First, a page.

Ben Chan: âThe terno brings out the best in Filipino design.â
Bench founder and Ternocon chair Ben Chan (right) and Cultural Center of the Philippines chair Margie Moran (left) with the Ternocon 2020 winners Dinnes Obusan, Hannah Adrias, and Jaggy Glarino.
Ben Chan: ‘The terno brings out the best in Filipino design.’
Marbbie Tagabucba (The Philippine Star) - January 29, 2020 - 12:00am

MANILA, Philippines — What a proud moment for Filipino design. A room full of Filipinos, proud of their heritage, in their best terno and barong during Bench’s Ternocon 2020 held at the Cultural Center of the Philippines.

“I do believe that the terno brings out the best in Filipino design,” says Bench founder and Ternocon chair Ben Chan.

Ternocon project director Gino Gonzales agrees and adds, “Iba ang tindig — the Filipina really is the most beautiful in a terno.”

Ternocon is a trendsetter, a game-changer for Philippine fashion. Only three years since the launch of the terno conventions, educating designers on the Philippine national dress history, proportions, and all the possibilities that could be, it started a dialogue among Filipino designers. Filipinos have since chosen for themselves to wear the terno or barong.

“It is not easy to design a terno. You have to dig deep, study, do research and you have to design it with love in your heart. You have to do it with utmost respect for the master designers who have come before you and for a tradition in weaving, sewing and embroidery. You have to make them relevant and you have to ensure that the terno lives on in the future. You have to be inspired to make a terno; it deserves nothing less,” Chan elaborates during the culminating event.

This partnership between Bench and the Cultural Center of the Philippines paved the way for new perspectives to be seen from all around the country — all talented individuals at different stages of their design careers, all with something different to say, but they boil down to one thing: what it means to be a Filipino today.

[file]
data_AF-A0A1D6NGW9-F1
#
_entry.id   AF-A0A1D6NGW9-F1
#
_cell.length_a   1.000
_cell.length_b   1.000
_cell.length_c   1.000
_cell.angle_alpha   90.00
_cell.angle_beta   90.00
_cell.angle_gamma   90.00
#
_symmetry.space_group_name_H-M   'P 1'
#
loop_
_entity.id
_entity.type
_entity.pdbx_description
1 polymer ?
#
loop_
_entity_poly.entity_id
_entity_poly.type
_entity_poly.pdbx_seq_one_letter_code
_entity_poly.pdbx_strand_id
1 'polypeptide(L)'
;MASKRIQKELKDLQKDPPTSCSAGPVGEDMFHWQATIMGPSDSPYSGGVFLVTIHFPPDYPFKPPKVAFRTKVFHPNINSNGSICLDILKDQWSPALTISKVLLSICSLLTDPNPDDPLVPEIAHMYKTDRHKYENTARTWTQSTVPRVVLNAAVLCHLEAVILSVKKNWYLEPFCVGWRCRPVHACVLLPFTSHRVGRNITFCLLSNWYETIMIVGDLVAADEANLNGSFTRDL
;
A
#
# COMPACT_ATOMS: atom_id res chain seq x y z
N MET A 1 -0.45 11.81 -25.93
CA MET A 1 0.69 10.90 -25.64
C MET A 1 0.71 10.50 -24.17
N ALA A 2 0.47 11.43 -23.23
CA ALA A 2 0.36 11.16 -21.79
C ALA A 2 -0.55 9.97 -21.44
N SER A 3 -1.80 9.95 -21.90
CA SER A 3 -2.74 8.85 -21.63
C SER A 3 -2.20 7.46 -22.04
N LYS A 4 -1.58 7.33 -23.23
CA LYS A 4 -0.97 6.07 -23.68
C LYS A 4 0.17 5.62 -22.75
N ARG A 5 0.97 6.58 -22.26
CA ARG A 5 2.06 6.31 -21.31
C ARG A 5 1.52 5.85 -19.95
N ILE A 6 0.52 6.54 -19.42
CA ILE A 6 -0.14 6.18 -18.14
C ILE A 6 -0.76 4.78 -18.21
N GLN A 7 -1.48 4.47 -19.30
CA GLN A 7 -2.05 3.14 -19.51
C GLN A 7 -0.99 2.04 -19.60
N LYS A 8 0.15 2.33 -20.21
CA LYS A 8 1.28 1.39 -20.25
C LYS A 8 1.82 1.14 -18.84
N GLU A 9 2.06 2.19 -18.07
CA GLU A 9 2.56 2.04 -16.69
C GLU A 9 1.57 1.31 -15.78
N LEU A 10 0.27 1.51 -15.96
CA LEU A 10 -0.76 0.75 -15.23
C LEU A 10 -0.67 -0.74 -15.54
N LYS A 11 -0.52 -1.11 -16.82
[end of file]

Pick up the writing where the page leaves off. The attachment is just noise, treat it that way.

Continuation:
The goal has always been to make more Filipinos wear the terno. With the ripples the past two Ternocons have created, Gonzales knew it was the right time to spice things up. Two categories have been limited to one three-piece collection without a specific category. It has been narrowed down to 12 contestants.

“Based on last night’s results, the terno’s future has become more inclusive, I think. Inclusive in terms of generations and preferences. It’s really in the hands of these young people, who are saying, ‘This is how we see the terno,’” Gonzales says.

Basically given free rein as to where their collections will go, all entries showcased during the main event reflect how the Millennial and Generation Z designers — the future of Philippine design — perceive our national dress and where they’re taking it.

CCP chairman Margie Moran says, “The evolution of the dress is a history of our humanity. It reflects and recounts the political, social and environmental circumstances of the past. For a Filipino garment that holds so much history and tradition, it is sad to see the terno struggle for survival through the years. There is an entire generation of young designers who don’t know what a terno should look like. This is the reason why we embarked on a journey Ternocon to make it relevant to contemporary times.  Ternocon is our answer to this cultural problem.”